Perfection…that is what any personality test I take harps on constantly. It took about a second to understand that the first draft of a book is never something to expect perfection from. It took quite a bit longer to accept that, and get started writing. It helped that life was happening as well; I was learning to be more present and accountable in my own life, and there’s no better analogy for building a good life than writing a good book.
Just kidding; there are way better analogies. I know.
My big problem has always been the same, when it comes to moving confidently forward in any direction: I want to know every step along the way, and have a clear picture of the last step, before I take that first step. I need to know that any journey that I am going to undertake will be worth the undertaking. It’s why I spent most of my twenties deep in thought or with my nose buried in a book, and why it took so long for me to write my first book.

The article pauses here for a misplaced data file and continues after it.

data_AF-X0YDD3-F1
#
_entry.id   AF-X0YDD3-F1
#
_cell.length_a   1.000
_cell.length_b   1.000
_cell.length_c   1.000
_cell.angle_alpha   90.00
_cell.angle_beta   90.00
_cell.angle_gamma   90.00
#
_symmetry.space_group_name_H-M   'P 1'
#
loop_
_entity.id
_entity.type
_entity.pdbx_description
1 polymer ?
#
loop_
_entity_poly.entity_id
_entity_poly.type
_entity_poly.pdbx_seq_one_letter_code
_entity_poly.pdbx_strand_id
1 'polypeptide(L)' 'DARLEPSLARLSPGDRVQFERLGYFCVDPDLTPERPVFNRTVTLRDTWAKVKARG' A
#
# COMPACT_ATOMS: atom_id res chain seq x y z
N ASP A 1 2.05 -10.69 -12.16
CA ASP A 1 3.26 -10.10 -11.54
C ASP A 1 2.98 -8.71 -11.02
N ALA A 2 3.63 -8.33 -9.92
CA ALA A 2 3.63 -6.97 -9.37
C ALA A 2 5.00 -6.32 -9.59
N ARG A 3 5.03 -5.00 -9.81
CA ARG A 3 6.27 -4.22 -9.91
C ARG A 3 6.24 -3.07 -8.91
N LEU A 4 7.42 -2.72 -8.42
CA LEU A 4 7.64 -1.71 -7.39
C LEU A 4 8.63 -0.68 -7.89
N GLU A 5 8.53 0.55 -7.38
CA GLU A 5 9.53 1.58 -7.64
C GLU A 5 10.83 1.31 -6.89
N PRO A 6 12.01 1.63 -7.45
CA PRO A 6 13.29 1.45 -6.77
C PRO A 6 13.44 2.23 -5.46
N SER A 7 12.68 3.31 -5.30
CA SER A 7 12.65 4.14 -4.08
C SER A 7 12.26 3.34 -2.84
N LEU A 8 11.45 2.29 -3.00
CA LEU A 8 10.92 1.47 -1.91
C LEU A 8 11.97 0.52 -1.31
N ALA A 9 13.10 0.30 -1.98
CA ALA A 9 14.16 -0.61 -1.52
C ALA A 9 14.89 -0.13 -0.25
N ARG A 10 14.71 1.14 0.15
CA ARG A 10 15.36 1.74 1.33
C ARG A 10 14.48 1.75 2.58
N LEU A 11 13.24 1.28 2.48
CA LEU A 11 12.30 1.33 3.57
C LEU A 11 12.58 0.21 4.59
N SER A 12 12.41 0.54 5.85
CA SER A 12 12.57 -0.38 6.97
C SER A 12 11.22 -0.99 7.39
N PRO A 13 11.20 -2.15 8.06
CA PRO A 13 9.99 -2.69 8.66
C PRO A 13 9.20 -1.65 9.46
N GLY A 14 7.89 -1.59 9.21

That’s not how life works, though. It’s definitely not how stories work, at least for me. Getting to know a story is like getting to know a person, times however many people there are featured in the story. I don’t get to know someone by chatting for five minutes, but I get to know them a little. It’s the same with my stories: I have to sit with them, for long stretches, and get to know them. After awhile, I’m ready to start outlining. Then, I really start to get to know these characters and this story. By the time I write the last chapter in the outline, I am either chomping at the bit to start writing or I have given in and started already.